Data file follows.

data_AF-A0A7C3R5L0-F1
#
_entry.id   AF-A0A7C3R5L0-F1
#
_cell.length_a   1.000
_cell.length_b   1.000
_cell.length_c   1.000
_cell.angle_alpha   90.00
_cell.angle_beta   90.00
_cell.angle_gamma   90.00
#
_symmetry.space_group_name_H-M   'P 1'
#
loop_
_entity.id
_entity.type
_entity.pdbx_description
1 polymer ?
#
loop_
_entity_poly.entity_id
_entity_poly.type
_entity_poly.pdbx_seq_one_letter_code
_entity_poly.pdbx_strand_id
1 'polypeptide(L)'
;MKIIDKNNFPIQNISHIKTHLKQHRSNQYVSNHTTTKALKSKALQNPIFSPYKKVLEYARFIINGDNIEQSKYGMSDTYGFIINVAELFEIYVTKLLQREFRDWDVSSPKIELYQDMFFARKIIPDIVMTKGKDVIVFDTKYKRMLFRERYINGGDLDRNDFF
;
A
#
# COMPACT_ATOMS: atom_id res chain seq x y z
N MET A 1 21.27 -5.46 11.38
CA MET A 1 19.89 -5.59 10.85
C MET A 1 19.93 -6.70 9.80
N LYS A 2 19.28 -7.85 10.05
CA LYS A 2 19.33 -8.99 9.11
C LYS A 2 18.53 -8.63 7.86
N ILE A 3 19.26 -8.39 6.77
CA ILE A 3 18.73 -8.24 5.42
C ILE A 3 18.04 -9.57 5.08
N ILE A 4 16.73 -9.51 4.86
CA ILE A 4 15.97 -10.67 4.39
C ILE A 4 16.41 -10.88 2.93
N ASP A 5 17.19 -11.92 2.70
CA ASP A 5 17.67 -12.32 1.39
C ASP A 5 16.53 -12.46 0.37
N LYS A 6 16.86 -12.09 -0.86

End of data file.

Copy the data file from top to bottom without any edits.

data_AF-A0A7C3R5L0-F1
#
_entry.id   AF-A0A7C3R5L0-F1
#
_cell.length_a   1.000
_cell.length_b   1.000
_cell.length_c   1.000
_cell.angle_alpha   90.00
_cell.angle_beta   90.00
_cell.angle_gamma   90.00
#
_symmetry.space_group_name_H-M   'P 1'
#
loop_
_entity.id
_entity.type
_entity.pdbx_description
1 polymer ?
#
loop_
_entity_poly.entity_id
_entity_poly.type
_entity_poly.pdbx_seq_one_letter_code
_entity_poly.pdbx_strand_id
1 'polypeptide(L)'
;MKIIDKNNFPIQNISHIKTHLKQHRSNQYVSNHTTTKALKSKALQNPIFSPYKKVLEYARFIINGDNIEQSKYGMSDTYGFIINVAELFEIYVTKLLQREFRDWDVSSPKIELYQDMFFARKIIPDIVMTKGKDVIVFDTKYKRMLFRERYINGGDLDRNDFF
;
A
#
# COMPACT_ATOMS: atom_id res chain seq x y z
N MET A 1 21.27 -5.46 11.38
CA MET A 1 19.89 -5.59 10.85
C MET A 1 19.93 -6.70 9.80
N LYS A 2 19.28 -7.85 10.05
CA LYS A 2 19.33 -8.99 9.11
C LYS A 2 18.53 -8.63 7.86
N ILE A 3 19.26 -8.39 6.77
CA ILE A 3 18.73 -8.24 5.42
C ILE A 3 18.04 -9.57 5.08
N ILE A 4 16.73 -9.51 4.86
CA ILE A 4 15.97 -10.67 4.39
C ILE A 4 16.41 -10.88 2.93
N ASP A 5 17.19 -11.92 2.70
CA ASP A 5 17.67 -12.32 1.39
C ASP A 5 16.53 -12.46 0.37
N LYS A 6 16.86 -12.09 -0.86